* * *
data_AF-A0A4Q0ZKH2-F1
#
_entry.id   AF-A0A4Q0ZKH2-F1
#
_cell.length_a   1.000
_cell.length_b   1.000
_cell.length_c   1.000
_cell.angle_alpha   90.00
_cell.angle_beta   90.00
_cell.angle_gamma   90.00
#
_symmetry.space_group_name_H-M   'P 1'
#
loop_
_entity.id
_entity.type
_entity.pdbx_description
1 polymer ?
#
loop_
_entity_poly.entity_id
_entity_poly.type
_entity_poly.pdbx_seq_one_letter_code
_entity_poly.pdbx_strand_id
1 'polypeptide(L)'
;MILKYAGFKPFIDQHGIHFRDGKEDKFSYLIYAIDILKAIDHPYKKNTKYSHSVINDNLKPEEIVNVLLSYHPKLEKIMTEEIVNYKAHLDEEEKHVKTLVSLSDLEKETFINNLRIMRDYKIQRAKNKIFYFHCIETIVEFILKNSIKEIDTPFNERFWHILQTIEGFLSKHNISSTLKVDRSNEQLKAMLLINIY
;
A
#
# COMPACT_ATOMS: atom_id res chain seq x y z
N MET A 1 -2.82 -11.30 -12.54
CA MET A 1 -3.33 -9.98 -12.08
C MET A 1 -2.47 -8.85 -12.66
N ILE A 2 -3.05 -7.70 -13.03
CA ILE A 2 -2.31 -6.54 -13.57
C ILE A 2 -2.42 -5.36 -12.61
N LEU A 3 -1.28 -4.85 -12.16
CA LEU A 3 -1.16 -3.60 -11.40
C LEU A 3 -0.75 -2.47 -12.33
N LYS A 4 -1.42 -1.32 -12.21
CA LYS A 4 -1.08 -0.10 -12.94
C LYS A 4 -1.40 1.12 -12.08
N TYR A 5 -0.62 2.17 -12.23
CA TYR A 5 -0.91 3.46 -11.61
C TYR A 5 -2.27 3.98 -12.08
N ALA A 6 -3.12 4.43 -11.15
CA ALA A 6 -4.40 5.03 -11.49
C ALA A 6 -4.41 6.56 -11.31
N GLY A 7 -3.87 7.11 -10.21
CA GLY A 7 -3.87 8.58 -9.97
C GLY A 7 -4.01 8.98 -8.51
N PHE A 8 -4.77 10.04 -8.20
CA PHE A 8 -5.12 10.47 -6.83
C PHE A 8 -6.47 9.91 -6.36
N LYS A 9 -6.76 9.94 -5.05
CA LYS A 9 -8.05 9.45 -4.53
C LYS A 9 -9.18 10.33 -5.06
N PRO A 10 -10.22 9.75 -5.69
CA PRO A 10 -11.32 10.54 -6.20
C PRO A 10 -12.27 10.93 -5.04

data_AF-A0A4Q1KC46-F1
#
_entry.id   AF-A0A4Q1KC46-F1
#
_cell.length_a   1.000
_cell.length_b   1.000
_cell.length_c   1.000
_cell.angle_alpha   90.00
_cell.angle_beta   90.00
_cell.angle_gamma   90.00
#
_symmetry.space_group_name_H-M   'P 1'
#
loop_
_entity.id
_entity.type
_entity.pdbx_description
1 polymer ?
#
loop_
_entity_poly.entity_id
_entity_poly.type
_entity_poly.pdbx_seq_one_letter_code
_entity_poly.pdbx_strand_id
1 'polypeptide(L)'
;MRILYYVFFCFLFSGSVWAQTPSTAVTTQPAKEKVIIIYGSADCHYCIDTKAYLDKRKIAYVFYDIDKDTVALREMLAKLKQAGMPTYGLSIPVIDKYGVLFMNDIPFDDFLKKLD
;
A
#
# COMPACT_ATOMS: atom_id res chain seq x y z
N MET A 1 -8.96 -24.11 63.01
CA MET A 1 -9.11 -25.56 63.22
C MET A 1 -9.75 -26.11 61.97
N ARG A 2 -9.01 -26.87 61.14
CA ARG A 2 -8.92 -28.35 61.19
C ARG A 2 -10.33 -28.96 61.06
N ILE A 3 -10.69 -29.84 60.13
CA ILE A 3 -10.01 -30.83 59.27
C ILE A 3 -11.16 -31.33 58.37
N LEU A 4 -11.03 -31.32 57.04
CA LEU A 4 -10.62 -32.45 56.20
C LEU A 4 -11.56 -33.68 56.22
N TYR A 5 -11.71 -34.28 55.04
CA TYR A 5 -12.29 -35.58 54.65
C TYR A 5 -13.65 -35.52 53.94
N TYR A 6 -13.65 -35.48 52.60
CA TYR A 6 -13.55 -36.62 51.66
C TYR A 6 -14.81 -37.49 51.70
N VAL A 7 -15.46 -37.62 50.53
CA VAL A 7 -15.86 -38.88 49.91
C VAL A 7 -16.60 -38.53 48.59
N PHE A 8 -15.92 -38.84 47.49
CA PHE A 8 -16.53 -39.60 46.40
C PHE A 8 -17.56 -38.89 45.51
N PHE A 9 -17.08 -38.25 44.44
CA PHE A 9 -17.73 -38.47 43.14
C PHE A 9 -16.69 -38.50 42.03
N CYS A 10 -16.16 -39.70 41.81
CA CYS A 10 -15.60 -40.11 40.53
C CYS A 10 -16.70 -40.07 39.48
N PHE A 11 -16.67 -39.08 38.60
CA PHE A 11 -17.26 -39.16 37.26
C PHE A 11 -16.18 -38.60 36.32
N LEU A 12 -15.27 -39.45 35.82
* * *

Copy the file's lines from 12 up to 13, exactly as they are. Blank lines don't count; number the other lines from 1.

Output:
_symmetry.space_group_name_H-M   'P 1'
#